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  25. Great advice. I was lucky to get a lot of public speaking training in my Waldorf Teacher Training courses, and it has seriously paid off as a writer. Practicing your speech, reading, etc. aloud is also seriously important. I find my cat makes a great practice audience.

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    1. It's so useful, isn't it? Both the training AND the practice - although I don't have a cat to listen. I have to make do with a mirror! ;)

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  26. Fantastic list. I'll be stealing it to use in my classroom.

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    1. Thanks, Leslie! I bet as a teacher, you're pretty good at it already :)

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  27. These are really good tips! I always rehearse my presentations before I do them. It really helps.

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  28. These are fantastic tips, Liz, and some really great advice. I've given many author visits and presentations over the last year and a half. The elementary audiences are very welcoming but if I ever find myself getting nervous, I tend to focus only on the children and not the adults. I literally keep my eyes on the little ones and quickly scan over the teachers and principals. This helps me to stay focused on the age group and my words and thoughts centered on what they can grasp. And if I ever think I am acting too silly or animated, I remember that my visits are for the kids and not the adults. And the sillier, the better for the little ones=)

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    1. That's a great tip for all children's and MG authors. Thanks so much!

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  29. you have an interesting blog. thanks for sharing, I enjoyed reading your posts.

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  30. It's so easy... not! LOL. It's sounds simple but it's hard to put into practice, especially that first time.

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    1. Oh yes, it always sounds so much easier than it really is!

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  31. Excellent advice. Even though I'm a teacher, I'm not a fan of public speaking. Weird, I know.

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    1. Nope, they're two totally different things. I can understand your dislike!

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  32. Great advice! I had to introduce an author for her book launch and believe me, I was literally shaking!

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    1. Oh no! I bet you did great, though :)

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  33. Great tips! I did some public speaking a few years ago. The anticipation is the worst thing about it ;)

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    1. So true!! I hate the lead-up, no matter how many good tips I know!

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  34. Hey Girl!

    Okay, okay, okay...it's been awhile, but I'm sure you haven't forgotten about me.

    Have you?

    ACTING experience! Do you know how much that plays into my writing? TONS. It helps me get into my characters with a depth that I wouldn't know without the experience.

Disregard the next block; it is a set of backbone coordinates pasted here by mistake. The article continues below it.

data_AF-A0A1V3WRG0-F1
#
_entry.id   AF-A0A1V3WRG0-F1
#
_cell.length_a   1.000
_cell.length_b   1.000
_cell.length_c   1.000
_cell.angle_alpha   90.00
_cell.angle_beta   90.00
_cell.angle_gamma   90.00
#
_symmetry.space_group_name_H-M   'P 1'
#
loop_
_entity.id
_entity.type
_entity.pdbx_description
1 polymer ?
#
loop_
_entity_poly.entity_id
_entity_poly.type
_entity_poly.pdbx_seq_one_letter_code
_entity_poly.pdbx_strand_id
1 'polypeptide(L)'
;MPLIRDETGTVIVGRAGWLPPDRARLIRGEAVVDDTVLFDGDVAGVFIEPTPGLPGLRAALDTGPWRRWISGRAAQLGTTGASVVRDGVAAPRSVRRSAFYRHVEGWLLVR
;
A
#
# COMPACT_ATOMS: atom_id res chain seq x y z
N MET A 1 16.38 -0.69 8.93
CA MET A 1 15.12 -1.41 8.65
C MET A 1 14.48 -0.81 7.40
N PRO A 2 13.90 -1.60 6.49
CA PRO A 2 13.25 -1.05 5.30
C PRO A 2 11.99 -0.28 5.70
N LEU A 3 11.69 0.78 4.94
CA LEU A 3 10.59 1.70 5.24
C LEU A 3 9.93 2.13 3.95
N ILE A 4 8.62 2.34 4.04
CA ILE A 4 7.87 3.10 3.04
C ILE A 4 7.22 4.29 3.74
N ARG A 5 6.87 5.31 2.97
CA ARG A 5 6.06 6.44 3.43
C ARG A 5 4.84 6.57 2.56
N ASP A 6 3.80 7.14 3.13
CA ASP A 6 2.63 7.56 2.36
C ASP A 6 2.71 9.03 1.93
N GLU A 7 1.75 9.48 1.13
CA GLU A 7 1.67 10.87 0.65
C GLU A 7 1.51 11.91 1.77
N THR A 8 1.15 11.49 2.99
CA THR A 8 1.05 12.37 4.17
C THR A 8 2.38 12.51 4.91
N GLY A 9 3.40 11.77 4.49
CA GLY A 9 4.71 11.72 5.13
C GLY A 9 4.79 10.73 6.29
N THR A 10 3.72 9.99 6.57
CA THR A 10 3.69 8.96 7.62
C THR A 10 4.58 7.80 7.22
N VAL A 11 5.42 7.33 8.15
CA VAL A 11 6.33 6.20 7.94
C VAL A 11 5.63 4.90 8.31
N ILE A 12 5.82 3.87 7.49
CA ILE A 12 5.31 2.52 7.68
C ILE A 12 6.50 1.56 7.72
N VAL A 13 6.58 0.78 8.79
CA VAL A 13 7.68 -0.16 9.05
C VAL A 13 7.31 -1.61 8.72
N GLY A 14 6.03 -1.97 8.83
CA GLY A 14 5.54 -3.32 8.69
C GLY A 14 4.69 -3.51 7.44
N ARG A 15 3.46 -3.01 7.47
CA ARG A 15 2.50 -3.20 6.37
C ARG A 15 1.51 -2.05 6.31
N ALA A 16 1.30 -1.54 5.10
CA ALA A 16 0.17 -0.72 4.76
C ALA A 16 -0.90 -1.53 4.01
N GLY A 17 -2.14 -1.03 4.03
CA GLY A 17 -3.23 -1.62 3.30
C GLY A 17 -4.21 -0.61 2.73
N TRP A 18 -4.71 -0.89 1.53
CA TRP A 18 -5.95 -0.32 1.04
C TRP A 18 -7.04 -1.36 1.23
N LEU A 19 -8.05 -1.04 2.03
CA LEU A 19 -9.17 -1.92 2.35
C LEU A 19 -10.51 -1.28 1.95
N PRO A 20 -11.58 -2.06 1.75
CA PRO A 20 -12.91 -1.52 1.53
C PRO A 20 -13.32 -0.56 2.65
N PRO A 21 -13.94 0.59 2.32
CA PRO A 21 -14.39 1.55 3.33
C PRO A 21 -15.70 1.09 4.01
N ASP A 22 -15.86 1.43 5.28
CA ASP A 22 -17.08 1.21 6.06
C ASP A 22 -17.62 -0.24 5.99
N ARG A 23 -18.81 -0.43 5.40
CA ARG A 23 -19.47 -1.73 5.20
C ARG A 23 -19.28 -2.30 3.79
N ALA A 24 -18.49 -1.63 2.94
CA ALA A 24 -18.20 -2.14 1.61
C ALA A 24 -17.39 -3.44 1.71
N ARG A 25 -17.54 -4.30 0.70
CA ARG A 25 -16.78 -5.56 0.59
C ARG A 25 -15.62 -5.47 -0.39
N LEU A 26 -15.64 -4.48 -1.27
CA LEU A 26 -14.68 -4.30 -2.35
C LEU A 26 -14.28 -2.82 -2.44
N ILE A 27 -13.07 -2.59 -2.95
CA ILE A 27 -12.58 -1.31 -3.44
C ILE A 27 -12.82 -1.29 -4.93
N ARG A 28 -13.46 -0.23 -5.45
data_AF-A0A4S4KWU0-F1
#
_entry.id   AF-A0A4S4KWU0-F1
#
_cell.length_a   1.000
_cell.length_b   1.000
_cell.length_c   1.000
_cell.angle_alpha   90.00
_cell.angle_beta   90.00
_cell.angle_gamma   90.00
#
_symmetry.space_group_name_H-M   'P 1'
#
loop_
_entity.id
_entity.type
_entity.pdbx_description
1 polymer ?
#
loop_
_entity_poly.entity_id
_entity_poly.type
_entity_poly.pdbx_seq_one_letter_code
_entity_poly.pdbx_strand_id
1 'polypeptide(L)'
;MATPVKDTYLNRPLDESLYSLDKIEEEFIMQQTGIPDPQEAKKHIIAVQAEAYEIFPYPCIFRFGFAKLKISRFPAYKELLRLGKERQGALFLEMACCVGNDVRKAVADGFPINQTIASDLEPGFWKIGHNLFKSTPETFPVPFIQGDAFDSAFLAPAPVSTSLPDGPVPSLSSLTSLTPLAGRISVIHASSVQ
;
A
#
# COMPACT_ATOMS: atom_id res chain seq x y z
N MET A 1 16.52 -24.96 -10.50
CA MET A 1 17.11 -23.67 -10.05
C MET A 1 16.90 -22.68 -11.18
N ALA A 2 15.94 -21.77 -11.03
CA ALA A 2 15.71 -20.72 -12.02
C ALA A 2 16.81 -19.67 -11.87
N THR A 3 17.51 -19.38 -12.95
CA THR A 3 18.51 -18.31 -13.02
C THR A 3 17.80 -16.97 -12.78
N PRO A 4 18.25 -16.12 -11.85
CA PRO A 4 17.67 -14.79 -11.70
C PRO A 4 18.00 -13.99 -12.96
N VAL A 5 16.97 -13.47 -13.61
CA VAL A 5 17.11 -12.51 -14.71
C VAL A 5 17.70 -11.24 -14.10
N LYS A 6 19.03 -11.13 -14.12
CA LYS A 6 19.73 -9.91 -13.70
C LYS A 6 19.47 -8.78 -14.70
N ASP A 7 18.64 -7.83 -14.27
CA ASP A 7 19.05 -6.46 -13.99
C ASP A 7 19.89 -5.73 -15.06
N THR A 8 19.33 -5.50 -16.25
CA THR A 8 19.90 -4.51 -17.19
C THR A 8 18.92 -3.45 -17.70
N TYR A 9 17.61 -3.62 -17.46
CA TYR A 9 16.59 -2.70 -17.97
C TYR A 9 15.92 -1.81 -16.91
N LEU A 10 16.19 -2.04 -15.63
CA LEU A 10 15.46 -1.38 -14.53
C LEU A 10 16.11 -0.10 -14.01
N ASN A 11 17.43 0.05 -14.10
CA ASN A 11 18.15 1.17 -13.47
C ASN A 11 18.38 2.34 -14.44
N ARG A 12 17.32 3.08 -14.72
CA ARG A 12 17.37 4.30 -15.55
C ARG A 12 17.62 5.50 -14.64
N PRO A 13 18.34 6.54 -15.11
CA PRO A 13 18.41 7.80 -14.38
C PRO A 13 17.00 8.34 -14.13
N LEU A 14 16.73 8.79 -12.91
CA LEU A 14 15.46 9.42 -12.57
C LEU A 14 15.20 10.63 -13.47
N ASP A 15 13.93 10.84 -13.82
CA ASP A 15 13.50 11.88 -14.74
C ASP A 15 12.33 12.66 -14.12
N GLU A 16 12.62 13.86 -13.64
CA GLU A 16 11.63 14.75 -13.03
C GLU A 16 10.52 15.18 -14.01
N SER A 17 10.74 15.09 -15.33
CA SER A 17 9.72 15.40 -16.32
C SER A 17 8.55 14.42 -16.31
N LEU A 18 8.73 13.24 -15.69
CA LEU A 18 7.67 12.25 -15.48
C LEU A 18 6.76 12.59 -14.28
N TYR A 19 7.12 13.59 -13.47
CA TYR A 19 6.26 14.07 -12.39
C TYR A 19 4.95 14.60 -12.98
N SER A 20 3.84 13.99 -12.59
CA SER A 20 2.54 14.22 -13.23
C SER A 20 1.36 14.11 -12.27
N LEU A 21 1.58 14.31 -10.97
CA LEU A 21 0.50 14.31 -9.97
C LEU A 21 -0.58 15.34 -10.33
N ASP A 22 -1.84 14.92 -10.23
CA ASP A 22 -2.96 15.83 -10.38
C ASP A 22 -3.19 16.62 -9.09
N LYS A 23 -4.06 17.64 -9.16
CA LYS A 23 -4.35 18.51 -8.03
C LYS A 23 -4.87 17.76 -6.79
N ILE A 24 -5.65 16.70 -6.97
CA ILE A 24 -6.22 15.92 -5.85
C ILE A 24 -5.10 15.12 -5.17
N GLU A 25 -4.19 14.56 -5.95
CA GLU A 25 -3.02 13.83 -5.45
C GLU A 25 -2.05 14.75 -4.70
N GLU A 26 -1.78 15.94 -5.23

And public speaking. I remember my first speech...10th grade. On origami. The art of paper folding. I had to teach the class how to make a whale. Holding up that piece of paper, I was shaking like a leaf. Whew...many speeches later, I am at ease. And yes, I simply "act" like someone giving a speech and I get through it.

    I also look at tops of heads rather than make eye contact. I make eye contact and I lose my train of thought. Also, now that my sight is getting worse, I can't focus on people, so that helps. And singing, too. Hell...I'm a freaking ham.

    Good to see you. Don't be a stranger. Hey...are you interested in doing the "blog train?" I have to pick three people...four simple questions about your WIP...nothing major.

    M.L. Swift, Writer

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    1. YAY! Mikes back!!

      Wait...Mike who??

      Just kidding! I'm so glad to see your digital face 'round these parts again :)

      I feel the same way about acting and characters - it's give me a way into their brains, a way of conceiving someone's tics and habits and loves.

      Hmm, what's the blog train? It's not the writing process one, is it? Because I was tagged in that one a few weeks ago. If not, if it's something else, then sure, I'd be glad to be picked! :)

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    2. Crikey! Yes, it's that one. Heheheh. Yeah, I'm trying to blog a little more. Gonna do the blog train thing next Monday and try to throw something out a little more often. Also working on a post of what's been up in my life, where it's going type thing. Writing as much as I can and have been submitting to a few mags and anthologies. Will be awhile until I hear.

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    3. Oh...then unfortunately I'm out of the running :( thanks for thinking of me, though! I'm looking forward to reading those posts, whenever you get a chance to write 'em. And I'll cross my fingers for you - good for you for submitting!!

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  35. Fantastic tips. I did some of this and want to try them all out. Public speaking is not my forte.

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  36. Okay, so I'm two weeks late, but I finally made it to this highly anticipated post! Thank you so very much for sharing these tips---the body language & intention tips are the two I'm going to work on, for sure. Not that I have any speaking engagements planned at the momet, but now I've got the motivation to set one up---for practice, of course. :)

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  37. I definitely feel a lot of people just read off what they wrote on the page--especially a writer's tendency. But the truly phenomenal speakers are those who really speak.
    Great post!

    - Sabrina